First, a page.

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Re: [Rollei] Why the 6-element lens for 3.5Fs

David Seifert wrote:

> While I can't comment on the living/working conditions in and around the
> facilities in the immediate post-war era I would suggest that the quality
> of their efforts were never compromised.

With due respect, that does not seem very plausible to me.
The absolute chaos that was WW2, and its aftermath, will have had a profound
effect, perhaps not on the quality of their efforts, but certainly on the
quality of what their efforts were able to achieve.
Will it still have been a problem in the mid 1950s? I don't know; it will,
but by how much?

> Have you read Marc James Small's and Charles Barringer's history of the
> post war Zeiss-Ikon?  There was a legal dispute over the use of the
> Zeiss-Ikon brand name as well. I recommend this book to anyone interested
> in understanding the post-war incarnations of these entities.  It contains
> a thorough exposition of this Opton business as well as outlining the
> product evolutions.

I know the book, yes. Excellent book indeed.
I do know too how both Zeiss Jena and Schott fared immediately after WW2 had
ended. And i do know about the legal disputes between the two Zeiss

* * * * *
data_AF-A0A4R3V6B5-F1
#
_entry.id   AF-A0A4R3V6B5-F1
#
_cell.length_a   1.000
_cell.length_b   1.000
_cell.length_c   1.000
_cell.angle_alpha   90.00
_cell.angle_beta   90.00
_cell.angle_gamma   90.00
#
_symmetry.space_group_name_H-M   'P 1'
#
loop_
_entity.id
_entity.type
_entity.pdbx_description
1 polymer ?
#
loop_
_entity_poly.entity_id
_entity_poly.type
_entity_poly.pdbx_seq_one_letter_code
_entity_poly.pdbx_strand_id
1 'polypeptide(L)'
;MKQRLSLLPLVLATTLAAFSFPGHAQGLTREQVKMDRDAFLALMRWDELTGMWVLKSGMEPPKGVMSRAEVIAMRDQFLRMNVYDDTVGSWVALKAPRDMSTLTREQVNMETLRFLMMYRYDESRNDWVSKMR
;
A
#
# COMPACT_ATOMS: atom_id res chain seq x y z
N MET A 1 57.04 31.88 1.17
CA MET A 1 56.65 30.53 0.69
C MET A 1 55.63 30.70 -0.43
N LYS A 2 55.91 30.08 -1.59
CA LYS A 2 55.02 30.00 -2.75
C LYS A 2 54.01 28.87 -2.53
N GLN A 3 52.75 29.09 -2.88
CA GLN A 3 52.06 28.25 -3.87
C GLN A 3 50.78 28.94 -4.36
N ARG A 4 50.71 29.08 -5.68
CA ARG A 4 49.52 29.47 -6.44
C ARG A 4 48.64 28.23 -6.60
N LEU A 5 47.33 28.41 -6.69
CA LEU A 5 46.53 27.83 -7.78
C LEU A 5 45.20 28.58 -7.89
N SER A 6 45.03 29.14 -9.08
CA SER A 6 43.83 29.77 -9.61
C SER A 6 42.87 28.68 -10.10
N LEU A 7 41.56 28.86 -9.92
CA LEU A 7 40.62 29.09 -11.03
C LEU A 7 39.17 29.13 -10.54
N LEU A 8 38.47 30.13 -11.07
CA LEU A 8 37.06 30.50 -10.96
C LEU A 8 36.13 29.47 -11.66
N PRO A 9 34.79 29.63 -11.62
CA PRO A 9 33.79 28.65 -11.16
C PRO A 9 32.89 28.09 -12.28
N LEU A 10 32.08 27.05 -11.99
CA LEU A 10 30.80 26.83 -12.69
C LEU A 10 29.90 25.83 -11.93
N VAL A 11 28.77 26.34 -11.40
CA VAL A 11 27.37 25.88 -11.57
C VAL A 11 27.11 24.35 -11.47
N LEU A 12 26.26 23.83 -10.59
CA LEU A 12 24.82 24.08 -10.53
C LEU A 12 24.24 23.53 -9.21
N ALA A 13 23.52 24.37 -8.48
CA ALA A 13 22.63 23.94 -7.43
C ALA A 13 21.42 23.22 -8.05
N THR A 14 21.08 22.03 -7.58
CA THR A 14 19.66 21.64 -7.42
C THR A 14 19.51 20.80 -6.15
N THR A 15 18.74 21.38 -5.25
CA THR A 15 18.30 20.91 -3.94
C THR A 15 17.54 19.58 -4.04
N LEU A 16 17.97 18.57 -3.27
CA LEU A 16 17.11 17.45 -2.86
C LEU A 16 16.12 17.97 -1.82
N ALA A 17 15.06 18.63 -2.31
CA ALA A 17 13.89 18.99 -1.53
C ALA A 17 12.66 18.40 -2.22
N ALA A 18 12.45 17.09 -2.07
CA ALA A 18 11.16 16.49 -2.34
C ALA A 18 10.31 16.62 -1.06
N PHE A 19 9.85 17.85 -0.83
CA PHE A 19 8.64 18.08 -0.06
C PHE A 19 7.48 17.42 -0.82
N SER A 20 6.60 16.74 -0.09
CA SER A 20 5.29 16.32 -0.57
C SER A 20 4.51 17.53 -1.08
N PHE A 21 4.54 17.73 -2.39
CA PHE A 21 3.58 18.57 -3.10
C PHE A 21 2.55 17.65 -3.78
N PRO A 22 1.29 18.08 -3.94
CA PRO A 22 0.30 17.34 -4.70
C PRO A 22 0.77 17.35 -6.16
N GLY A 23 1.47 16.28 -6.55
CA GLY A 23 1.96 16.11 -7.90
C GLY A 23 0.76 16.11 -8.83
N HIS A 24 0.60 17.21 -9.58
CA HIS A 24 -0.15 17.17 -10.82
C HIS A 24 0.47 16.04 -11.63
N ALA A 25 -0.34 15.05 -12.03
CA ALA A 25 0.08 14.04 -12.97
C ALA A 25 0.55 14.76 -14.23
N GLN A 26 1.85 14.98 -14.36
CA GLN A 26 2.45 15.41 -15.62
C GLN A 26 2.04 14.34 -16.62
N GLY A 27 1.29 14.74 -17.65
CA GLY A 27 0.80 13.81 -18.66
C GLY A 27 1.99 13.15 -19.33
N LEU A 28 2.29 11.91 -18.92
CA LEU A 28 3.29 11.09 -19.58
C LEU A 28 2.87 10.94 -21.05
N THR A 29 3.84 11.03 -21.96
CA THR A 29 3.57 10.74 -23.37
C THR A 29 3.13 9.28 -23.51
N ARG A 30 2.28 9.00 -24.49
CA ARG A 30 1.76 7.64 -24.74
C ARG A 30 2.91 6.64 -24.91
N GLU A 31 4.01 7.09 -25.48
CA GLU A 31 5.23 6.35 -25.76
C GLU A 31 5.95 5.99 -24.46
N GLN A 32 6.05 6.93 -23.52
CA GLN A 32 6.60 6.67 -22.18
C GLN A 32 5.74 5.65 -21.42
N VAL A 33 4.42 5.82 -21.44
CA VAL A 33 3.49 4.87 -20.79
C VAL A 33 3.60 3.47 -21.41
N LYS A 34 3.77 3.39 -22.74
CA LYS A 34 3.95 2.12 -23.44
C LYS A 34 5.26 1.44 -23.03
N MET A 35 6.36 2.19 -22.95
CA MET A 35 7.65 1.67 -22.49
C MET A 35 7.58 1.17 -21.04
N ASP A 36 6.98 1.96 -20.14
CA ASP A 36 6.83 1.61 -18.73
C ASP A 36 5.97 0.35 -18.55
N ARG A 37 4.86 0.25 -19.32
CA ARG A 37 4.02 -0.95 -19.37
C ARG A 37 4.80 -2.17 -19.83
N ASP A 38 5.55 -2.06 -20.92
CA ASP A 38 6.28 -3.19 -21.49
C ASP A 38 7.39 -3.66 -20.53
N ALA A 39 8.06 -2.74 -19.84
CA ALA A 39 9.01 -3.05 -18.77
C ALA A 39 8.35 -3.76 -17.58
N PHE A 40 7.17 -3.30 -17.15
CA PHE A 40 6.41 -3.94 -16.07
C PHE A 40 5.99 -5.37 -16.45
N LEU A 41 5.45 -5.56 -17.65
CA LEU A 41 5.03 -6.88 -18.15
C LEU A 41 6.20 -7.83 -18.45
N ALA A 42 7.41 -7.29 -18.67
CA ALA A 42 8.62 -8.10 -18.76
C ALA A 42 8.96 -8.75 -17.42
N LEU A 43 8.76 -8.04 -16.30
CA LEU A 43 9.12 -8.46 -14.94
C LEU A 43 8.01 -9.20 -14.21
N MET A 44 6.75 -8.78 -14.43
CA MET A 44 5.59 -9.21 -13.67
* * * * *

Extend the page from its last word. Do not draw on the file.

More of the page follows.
Funny though (but true!) that the person i was conversing with, the person
who told me about the initial inconsistent quality of Zeiss Oberkochen
products, referred to the very same book as an accurate description of the
turmoil that may/will have caused that! ;-)

>  Your suggestion that things weren't somehow "up to
> snuff" at the re-formed companies until well into the 50's just doesn't
> hold water to me.  It was 1950 when Z-I release the completely redesigned
> (by necessity, the Soviets made off with the pre-war tools) Contax
> IIa.  Most consider this one of the finest examples of precision
> manufacturing ever.  No Leica or even Rollei can compare to the fit and
> finish of these cameras.  By 1954 the 21/4 Biogon was shipping.  A
> design from CZ.

That's true. Indeed a compelling argument against the

> Sometimes a rose is just a rose.  The Opton designation was just a legal
> necessity, nothing more nothing less.

Oh, but it wasn't suggested that the Zeiss-Opton name was in any way
"responsible" for the perhaps less constant quality.
It's use happens to coïncide with the post war,
getting-our-act-together-again period Zeiss went through.
So a rose is a just rose. Yes. And even by that name, it can sometimes smell
not as sweet?